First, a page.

How does one become a “political prisoner” in Russia?

Metamorphosis of a category between dissident legacy and human rights expertise
By Renata Mustafina

Who decides who is a “political prisoner” and who is not? This article aims to study the evolution of expertise on political prisoners from the late Soviet period to the present day, by examining the way in which identifying institutions—from Soviet dissidents to professionalized human rights organizations—grant this status to certain prisoners and refuse it to others. Based on documentary research (archives, memoirs, press articles) and fieldwork among contemporary human rights actors, this article shows that two major trends—that of internationalization and juridicization within the post-Soviet human rights space—mark the evolution of expertise on political cases. This expertise is forged at the crossroads of the tradition of the legalist approach taken by dissidents and standardized international practices, which shows that “human rights” are not simply a pure product of a symbolic import but are defined through the continuous tension between local challenges and processes of internationalization.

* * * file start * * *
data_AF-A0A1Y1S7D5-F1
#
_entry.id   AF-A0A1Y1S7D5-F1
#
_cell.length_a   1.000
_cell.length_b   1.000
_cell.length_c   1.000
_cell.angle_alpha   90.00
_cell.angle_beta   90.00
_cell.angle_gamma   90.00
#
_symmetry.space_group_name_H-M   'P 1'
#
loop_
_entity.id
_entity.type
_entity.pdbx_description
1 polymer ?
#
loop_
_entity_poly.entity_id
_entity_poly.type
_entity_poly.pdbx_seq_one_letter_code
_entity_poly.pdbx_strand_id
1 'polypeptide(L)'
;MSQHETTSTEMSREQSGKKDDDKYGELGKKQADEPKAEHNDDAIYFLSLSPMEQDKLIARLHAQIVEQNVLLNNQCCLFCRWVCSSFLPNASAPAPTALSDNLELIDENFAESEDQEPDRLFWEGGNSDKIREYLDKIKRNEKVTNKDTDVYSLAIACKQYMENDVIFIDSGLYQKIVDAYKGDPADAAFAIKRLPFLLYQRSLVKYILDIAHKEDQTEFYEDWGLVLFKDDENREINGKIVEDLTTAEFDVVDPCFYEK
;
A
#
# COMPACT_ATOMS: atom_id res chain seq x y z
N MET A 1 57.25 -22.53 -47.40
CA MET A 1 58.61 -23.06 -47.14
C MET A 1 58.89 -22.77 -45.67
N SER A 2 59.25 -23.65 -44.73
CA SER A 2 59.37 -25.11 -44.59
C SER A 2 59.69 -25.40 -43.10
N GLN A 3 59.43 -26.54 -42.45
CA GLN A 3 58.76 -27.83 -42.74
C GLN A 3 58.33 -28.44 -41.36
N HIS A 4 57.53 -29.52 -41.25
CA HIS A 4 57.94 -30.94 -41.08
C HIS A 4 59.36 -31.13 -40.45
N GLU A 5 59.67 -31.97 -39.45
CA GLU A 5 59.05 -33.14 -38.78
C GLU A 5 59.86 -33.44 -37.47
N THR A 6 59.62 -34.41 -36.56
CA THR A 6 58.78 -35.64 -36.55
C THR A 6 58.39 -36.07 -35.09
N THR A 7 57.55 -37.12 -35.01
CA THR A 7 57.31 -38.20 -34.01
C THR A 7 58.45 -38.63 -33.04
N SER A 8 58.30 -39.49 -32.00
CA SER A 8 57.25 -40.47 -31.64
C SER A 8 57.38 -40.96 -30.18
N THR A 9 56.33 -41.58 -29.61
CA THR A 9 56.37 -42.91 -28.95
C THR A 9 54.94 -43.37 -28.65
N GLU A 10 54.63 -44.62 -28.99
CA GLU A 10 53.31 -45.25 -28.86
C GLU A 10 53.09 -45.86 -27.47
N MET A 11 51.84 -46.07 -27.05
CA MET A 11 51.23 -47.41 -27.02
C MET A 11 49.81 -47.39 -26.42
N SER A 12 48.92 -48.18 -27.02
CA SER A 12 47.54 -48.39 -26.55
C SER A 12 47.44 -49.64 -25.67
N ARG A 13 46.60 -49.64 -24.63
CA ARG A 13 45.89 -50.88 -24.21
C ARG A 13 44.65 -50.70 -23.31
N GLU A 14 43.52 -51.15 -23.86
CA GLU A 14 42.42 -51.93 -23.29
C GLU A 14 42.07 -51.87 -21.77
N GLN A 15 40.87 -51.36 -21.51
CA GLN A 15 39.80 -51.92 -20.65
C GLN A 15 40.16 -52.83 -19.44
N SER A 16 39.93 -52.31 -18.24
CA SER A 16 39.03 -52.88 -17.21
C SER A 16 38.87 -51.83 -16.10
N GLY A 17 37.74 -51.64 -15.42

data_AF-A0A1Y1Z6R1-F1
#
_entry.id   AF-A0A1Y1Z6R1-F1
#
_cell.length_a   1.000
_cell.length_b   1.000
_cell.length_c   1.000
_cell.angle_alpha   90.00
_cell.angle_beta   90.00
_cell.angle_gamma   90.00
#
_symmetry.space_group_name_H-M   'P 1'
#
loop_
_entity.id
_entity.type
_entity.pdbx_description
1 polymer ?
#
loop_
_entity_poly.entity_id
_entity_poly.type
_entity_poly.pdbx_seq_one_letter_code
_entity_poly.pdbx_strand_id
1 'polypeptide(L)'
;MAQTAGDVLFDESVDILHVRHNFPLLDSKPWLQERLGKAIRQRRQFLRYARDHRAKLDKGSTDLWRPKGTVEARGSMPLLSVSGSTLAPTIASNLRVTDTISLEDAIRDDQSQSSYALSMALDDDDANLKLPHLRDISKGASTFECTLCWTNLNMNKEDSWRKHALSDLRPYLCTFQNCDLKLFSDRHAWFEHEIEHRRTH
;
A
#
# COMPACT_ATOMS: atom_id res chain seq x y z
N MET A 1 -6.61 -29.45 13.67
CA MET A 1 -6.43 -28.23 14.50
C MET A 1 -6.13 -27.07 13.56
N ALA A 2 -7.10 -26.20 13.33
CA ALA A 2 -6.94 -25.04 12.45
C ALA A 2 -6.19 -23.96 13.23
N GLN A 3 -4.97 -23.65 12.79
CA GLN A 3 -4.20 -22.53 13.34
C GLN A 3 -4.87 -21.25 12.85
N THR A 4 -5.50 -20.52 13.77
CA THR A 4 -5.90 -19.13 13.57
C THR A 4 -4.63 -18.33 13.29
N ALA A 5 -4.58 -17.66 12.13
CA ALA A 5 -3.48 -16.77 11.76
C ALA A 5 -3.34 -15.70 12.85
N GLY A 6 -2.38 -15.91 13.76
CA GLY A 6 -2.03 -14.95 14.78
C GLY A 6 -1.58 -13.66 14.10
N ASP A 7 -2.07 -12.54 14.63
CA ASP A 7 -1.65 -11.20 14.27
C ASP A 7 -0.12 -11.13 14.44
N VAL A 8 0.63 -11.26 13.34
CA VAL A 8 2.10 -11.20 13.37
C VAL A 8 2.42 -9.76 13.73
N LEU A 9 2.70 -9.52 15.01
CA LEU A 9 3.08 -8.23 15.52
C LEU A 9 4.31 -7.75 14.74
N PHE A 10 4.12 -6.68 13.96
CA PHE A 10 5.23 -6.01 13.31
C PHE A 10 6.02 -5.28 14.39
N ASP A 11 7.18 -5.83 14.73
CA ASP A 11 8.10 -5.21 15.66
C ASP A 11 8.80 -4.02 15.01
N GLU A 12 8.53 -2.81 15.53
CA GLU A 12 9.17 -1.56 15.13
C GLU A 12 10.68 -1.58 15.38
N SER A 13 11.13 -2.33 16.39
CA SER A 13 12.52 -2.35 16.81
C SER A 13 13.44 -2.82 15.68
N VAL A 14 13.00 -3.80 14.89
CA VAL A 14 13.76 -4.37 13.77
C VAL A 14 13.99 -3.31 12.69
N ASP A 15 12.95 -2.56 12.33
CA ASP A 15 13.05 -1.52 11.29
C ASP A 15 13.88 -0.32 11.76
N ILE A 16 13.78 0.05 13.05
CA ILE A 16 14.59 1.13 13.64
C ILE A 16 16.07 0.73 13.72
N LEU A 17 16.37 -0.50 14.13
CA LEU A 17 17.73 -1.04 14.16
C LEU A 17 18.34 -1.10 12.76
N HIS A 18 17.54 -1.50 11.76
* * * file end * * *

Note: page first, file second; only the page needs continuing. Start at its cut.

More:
• human rights
  • political prisoner
  • category
  • processes of politicization
  • sociology of expertise
  • juridicization
  • transnational
  • Russia
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